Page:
Today we started off the day riding the bus to a woodsy area in Fabas and hiking up a path, examining badger and deer tracks along the way. We stopped and Sébastien said to find flint along the paths. Someone spotted a large chunk of flint and soon he began to construct the piece into a tool, the way that a Magdalenian person would. It looked simple enough so after a couple students in our group gave a shot at creating the tool, I took my turn. But trust me, it is NOT as simple as it seems. I repeat. Not simple. First I had to find the proper position for my hand on the rock so that when I was breaking off bits of flint, I didn’t break off bits of my finger along with it. Next, I would find that it was even more difficult to hit the flint with enough momentum that it would actually break. And finally when you thought you were ready, hitting the rock in the correct spot became even more challenging the harder you swung. So now I have had a glimpse of what stone tool making is like. So Magdalenians, I applaud you.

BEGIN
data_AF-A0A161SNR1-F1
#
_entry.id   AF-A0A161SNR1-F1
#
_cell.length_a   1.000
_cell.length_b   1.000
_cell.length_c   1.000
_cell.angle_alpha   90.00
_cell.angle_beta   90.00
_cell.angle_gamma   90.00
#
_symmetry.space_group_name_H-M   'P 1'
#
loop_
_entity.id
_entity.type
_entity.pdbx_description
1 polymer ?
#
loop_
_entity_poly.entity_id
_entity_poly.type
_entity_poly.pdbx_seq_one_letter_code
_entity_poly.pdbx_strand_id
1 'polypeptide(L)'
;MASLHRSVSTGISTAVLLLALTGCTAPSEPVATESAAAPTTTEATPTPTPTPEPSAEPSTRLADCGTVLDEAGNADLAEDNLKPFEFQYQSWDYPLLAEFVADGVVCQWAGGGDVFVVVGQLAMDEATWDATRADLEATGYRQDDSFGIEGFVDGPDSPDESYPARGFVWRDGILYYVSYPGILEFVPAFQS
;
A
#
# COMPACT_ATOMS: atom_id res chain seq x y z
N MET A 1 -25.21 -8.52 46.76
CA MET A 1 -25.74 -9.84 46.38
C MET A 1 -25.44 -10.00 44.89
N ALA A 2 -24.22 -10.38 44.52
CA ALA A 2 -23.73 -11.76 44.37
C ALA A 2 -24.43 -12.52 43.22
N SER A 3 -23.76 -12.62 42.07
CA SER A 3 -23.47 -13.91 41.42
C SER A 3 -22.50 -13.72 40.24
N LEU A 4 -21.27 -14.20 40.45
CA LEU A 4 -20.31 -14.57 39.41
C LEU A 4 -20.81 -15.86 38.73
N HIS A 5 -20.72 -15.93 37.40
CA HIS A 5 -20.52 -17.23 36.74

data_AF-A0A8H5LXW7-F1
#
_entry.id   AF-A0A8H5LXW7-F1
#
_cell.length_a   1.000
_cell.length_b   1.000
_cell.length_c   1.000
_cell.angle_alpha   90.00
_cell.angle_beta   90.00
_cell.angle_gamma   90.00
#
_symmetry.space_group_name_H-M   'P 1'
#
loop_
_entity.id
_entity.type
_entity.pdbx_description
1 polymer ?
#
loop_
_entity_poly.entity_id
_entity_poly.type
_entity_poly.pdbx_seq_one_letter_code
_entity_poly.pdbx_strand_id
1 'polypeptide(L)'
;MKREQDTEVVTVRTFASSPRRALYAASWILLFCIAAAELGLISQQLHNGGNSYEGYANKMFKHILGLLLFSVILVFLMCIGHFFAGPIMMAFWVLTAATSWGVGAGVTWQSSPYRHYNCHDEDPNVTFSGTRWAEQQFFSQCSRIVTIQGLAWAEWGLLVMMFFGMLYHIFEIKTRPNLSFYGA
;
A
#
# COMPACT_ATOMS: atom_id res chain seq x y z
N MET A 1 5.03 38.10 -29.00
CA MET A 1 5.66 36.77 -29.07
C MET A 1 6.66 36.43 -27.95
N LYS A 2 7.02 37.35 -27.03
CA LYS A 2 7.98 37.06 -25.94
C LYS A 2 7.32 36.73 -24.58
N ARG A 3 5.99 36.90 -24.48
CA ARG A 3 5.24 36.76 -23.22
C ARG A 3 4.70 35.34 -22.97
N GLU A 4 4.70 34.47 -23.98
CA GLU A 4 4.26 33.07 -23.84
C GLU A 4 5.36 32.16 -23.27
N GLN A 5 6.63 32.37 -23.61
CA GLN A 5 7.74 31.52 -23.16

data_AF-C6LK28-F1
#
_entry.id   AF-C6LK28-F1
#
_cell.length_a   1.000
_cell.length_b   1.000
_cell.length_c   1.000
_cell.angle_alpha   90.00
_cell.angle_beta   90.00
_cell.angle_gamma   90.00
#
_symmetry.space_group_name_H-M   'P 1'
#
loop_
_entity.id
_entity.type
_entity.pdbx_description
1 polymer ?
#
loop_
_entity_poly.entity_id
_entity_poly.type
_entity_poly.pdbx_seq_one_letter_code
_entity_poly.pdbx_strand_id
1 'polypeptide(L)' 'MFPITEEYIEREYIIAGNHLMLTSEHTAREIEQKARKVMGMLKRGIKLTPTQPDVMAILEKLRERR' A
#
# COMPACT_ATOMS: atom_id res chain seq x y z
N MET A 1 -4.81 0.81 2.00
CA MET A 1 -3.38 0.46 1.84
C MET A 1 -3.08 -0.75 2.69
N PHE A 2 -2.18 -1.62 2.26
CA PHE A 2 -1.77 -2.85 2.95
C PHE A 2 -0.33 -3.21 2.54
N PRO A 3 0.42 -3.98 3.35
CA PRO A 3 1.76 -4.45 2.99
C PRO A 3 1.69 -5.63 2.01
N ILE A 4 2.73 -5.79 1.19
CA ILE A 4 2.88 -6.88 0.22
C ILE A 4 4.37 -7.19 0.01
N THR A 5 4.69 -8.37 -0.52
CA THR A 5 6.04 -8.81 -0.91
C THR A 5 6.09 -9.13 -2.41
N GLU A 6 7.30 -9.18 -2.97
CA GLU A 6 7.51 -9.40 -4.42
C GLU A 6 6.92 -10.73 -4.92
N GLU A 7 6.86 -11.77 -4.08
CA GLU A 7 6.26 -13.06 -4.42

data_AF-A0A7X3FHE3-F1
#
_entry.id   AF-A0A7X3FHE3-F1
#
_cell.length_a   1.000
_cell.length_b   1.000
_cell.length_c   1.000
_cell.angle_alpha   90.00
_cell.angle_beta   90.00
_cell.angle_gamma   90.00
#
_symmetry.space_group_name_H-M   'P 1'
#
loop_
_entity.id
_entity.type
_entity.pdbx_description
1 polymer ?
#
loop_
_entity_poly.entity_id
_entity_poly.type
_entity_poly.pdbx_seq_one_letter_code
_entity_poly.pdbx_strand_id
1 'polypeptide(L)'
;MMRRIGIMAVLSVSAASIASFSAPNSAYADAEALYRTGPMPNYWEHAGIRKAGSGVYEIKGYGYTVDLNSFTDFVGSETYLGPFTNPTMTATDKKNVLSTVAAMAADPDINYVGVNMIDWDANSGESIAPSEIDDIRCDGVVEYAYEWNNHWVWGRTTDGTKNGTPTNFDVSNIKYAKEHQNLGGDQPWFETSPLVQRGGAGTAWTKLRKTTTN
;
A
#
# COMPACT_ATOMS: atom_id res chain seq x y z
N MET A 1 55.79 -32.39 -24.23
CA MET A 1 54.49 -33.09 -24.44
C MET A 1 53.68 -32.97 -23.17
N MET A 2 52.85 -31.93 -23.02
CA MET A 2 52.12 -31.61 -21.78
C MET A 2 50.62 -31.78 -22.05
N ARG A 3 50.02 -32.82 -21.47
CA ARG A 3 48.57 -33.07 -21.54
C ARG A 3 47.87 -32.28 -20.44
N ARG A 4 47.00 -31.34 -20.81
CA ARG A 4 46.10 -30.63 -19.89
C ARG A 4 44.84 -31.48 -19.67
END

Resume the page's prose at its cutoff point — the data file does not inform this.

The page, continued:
Next we went to a field with crops growing in it. Because the ground had been turned over by a plow, it was the perfect opportunity to see what lay beneath the surface of the soil. We surveyed the field, finding bags and bags of possible artifacts (and some useless sandstone to Sébastien’s displeasure). After packing up and going back to the Gite and eating lunch, we lay all of the artifacts across a table and cleaned them off to examine them. It was incredible that just from looking at the rock you can tell whether or not it was a tool, or a core, where the flint was struck, and what time period it came from. I really enjoyed this day of surveying, and I feel like after this day I have a better understanding of archaeology and the Paleolithic era.